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True worship restored in Judah (12:1-21)
Under the influence of Jehoiada, Joash encouraged the worship of Yahweh (12:1-3). But his project for repairing the temple (damaged by Athaliah and her followers; 2 Chronicles 24:7) was hindered by the priests. They lacked enthusiasm and were inefficient, and possibly dishonest, in handling the finances (4-8). Joash therefore separated the funds for the priests’ personal use from the funds for the temple repairs, and placed the latter under the supervision of an official of the royal treasury. He then hired workmen who had a desire to do the work properly and honestly (9-16).
After Jehoiada’s death, Joash, no longer under the strong priestly influence of his life-long adviser, turned to idolatry. When rebuked by the new high priest Zechariah, Joash had Zechariah murdered (2 Chronicles 24:15-22; Matthew 23:35). Judgment on Joash was swift and severe. Hazael led his troops across Israel and south into Judah as far as Gath. He then turned to attack Jerusalem, and Joash saved the city only by robbing the temple treasury and sending the money to Hazael (17-18; 2 Chronicles 24:23-24). But he could not buy off the judgment that was to fall on him personally. Soon after the battle he was assassinated by his officers, and was not even given a royal burial (19-21; 2 Chronicles 24:25-27).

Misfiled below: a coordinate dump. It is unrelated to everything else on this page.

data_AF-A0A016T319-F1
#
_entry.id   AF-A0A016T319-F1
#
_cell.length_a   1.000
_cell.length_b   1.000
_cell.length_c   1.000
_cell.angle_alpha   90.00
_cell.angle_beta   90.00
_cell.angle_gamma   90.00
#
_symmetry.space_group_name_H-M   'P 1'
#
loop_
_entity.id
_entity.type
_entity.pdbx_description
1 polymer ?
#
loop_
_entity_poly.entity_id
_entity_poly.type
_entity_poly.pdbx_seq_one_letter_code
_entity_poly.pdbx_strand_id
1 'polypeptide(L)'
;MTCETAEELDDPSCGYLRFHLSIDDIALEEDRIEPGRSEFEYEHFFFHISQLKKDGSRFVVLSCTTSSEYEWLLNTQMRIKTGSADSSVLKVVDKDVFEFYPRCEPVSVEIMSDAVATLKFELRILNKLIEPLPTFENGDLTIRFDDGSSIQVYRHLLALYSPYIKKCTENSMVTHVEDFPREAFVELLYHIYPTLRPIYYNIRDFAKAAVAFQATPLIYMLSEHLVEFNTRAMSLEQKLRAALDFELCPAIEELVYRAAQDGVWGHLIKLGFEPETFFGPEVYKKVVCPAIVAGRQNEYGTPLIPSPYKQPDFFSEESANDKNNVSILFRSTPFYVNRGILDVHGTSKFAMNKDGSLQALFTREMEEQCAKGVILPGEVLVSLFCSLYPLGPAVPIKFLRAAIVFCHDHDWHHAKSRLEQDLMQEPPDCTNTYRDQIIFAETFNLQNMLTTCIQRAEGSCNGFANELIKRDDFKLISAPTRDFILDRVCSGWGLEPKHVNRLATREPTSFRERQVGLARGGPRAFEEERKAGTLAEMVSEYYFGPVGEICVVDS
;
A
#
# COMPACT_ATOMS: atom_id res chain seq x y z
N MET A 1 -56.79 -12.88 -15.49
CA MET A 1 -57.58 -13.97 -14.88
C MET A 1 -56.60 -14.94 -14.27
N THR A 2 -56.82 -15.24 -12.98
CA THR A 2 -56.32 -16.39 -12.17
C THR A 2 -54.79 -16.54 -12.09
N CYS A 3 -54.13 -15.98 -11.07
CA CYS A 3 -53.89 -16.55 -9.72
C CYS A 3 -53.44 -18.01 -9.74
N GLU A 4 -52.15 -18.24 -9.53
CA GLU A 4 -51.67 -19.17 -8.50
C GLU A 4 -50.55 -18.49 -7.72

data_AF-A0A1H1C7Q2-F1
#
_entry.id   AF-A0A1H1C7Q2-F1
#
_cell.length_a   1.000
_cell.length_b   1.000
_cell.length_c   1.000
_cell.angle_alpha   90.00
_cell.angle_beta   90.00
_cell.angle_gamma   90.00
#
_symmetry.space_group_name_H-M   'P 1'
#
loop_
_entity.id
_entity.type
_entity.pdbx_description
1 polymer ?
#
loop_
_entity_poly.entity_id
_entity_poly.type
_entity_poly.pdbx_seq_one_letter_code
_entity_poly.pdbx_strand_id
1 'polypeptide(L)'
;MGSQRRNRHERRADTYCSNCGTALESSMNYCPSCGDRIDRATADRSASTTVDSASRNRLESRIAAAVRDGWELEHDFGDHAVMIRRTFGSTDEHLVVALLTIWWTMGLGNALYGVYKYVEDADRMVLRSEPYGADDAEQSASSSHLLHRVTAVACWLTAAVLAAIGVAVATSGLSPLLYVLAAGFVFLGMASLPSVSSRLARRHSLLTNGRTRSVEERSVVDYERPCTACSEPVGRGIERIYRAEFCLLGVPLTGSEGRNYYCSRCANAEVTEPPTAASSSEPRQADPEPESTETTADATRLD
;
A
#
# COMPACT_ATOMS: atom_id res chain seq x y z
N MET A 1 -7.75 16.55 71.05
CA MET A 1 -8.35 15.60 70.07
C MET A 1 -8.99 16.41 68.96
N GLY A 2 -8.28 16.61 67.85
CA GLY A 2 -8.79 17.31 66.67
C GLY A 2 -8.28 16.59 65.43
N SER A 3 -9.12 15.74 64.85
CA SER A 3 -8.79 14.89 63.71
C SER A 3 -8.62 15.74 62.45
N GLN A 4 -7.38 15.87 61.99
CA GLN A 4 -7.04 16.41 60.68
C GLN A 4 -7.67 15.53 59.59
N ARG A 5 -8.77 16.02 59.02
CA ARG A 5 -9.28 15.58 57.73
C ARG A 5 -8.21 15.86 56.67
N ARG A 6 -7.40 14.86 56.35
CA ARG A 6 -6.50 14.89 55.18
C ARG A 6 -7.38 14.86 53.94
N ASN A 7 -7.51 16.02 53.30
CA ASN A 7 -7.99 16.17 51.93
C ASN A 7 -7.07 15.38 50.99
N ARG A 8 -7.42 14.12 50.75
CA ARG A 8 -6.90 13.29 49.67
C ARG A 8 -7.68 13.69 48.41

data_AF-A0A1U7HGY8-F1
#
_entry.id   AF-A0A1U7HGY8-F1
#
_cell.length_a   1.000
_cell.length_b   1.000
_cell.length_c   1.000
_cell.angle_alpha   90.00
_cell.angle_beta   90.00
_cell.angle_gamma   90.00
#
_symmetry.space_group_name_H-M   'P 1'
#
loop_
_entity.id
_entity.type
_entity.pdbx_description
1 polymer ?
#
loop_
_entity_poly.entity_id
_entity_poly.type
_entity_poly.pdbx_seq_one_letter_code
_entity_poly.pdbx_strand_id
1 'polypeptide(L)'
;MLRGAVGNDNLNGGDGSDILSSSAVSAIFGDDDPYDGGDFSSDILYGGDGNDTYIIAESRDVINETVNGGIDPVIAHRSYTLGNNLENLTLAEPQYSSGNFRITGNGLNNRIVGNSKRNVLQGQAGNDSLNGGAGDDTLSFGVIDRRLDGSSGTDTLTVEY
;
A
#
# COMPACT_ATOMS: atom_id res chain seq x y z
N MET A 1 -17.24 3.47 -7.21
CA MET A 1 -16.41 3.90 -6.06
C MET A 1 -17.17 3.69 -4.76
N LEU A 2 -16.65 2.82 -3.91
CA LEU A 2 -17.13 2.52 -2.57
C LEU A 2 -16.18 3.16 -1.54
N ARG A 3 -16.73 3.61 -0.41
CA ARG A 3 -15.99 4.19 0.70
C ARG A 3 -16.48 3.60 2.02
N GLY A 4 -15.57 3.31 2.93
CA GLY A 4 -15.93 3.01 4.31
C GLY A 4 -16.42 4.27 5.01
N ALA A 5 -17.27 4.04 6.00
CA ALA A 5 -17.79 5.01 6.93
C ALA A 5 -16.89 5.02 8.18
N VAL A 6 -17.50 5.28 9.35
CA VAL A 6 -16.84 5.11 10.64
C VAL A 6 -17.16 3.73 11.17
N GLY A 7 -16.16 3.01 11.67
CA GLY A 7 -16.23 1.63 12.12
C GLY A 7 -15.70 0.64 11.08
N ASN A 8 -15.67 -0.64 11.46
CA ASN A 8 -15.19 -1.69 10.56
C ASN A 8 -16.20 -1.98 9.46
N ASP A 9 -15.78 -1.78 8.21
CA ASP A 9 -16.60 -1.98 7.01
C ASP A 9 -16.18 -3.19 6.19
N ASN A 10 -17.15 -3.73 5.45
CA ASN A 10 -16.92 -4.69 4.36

The prophecy of Joel
It was possibly during the early part of Joash’s reign that the prophet Joel wrote his book. During that time Joash was still a boy and the government was largely in the hands of Jehoiada. If that is so, Joel was the first of the writing prophets (i.e. prophets who wrote books of the Bible).
However, the book of Joel mentions no date of writing, and it could possibly have been written many years later, perhaps after the return from captivity and even later than the time of Nehemiah. If that is the case, Joel was among the last of the writing prophets. The message of the book is straightforward and can be readily understood regardless of its date of writing.
Joel’s reason for writing was a severe plague of locusts that devastated Judah. He interpreted this as a judgment on Judah for its sin, and urged the people to repent. In response to their repentance, God removed the locusts and promised to give the nation productive crops again (Joel 1:4; Joel 2:10-14,Joel 2:25). Joel saw the events as symbolic of God’s future judgment on all enemies and his coming blessing on all the faithful (Joel 3:16-19).
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Flemming, Donald C. "Commentary on 2 Kings 12". "Fleming's Bridgeway Bible Commentary". https://www.studylight.org/
the Second Week after Epiphany